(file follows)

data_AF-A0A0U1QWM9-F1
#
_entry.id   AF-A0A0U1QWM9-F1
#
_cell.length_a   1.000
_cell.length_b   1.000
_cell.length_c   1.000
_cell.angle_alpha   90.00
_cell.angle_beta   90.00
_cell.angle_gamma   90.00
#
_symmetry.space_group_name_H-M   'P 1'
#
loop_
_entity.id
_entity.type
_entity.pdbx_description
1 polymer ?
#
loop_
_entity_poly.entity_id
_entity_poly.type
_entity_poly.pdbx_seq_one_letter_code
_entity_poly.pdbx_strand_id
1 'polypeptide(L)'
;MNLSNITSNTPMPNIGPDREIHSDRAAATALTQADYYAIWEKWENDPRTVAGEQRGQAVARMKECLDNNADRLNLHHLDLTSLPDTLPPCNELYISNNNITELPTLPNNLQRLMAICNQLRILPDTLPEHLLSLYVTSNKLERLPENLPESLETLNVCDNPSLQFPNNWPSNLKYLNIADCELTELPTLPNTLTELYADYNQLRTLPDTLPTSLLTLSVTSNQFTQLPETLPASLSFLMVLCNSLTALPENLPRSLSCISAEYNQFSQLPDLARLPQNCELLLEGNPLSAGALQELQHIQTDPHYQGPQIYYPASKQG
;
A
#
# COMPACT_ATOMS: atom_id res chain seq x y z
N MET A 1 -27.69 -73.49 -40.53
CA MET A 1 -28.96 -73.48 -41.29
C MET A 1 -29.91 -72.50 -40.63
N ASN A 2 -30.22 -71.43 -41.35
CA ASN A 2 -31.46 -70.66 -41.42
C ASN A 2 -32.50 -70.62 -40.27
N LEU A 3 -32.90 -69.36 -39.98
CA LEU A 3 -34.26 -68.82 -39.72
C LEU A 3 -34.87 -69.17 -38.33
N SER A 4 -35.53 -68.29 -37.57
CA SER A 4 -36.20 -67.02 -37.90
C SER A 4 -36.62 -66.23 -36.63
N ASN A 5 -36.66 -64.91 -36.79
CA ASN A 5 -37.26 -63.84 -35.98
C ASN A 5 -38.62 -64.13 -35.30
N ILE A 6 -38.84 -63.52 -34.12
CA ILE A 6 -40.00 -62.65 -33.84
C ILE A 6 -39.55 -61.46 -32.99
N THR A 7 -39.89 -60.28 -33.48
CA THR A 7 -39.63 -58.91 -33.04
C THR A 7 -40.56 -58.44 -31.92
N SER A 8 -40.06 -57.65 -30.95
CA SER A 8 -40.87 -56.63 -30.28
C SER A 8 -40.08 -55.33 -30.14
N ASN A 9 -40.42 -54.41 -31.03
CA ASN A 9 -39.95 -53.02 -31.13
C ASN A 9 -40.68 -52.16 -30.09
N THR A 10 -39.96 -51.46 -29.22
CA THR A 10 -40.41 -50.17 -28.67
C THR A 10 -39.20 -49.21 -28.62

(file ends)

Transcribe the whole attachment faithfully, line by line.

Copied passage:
data_AF-A0A0U1QWM9-F1
#
_entry.id   AF-A0A0U1QWM9-F1
#
_cell.length_a   1.000
_cell.length_b   1.000
_cell.length_c   1.000
_cell.angle_alpha   90.00
_cell.angle_beta   90.00
_cell.angle_gamma   90.00
#
_symmetry.space_group_name_H-M   'P 1'
#
loop_
_entity.id
_entity.type
_entity.pdbx_description
1 polymer ?
#
loop_
_entity_poly.entity_id
_entity_poly.type
_entity_poly.pdbx_seq_one_letter_code
_entity_poly.pdbx_strand_id
1 'polypeptide(L)'
;MNLSNITSNTPMPNIGPDREIHSDRAAATALTQADYYAIWEKWENDPRTVAGEQRGQAVARMKECLDNNADRLNLHHLDLTSLPDTLPPCNELYISNNNITELPTLPNNLQRLMAICNQLRILPDTLPEHLLSLYVTSNKLERLPENLPESLETLNVCDNPSLQFPNNWPSNLKYLNIADCELTELPTLPNTLTELYADYNQLRTLPDTLPTSLLTLSVTSNQFTQLPETLPASLSFLMVLCNSLTALPENLPRSLSCISAEYNQFSQLPDLARLPQNCELLLEGNPLSAGALQELQHIQTDPHYQGPQIYYPASKQG
;
A
#
# COMPACT_ATOMS: atom_id res chain seq x y z
N MET A 1 -27.69 -73.49 -40.53
CA MET A 1 -28.96 -73.48 -41.29
C MET A 1 -29.91 -72.50 -40.63
N ASN A 2 -30.22 -71.43 -41.35
CA ASN A 2 -31.46 -70.66 -41.42
C ASN A 2 -32.50 -70.62 -40.27
N LEU A 3 -32.90 -69.36 -39.98
CA LEU A 3 -34.26 -68.82 -39.72
C LEU A 3 -34.87 -69.17 -38.33
N SER A 4 -35.53 -68.29 -37.57
CA SER A 4 -36.20 -67.02 -37.90
C SER A 4 -36.62 -66.23 -36.63
N ASN A 5 -36.66 -64.91 -36.79
CA ASN A 5 -37.26 -63.84 -35.98
C ASN A 5 -38.62 -64.13 -35.30
N ILE A 6 -38.84 -63.52 -34.12
CA ILE A 6 -40.00 -62.65 -33.84
C ILE A 6 -39.55 -61.46 -32.99
N THR A 7 -39.89 -60.28 -33.48
CA THR A 7 -39.63 -58.91 -33.04
C THR A 7 -40.56 -58.44 -31.92
N SER A 8 -40.06 -57.65 -30.95
CA SER A 8 -40.87 -56.63 -30.28
C SER A 8 -40.08 -55.33 -30.14
N ASN A 9 -40.42 -54.41 -31.03
CA ASN A 9 -39.95 -53.02 -31.13
C ASN A 9 -40.68 -52.16 -30.09
N THR A 10 -39.96 -51.46 -29.22
CA THR A 10 -40.41 -50.17 -28.67
C THR A 10 -39.20 -49.21 -28.62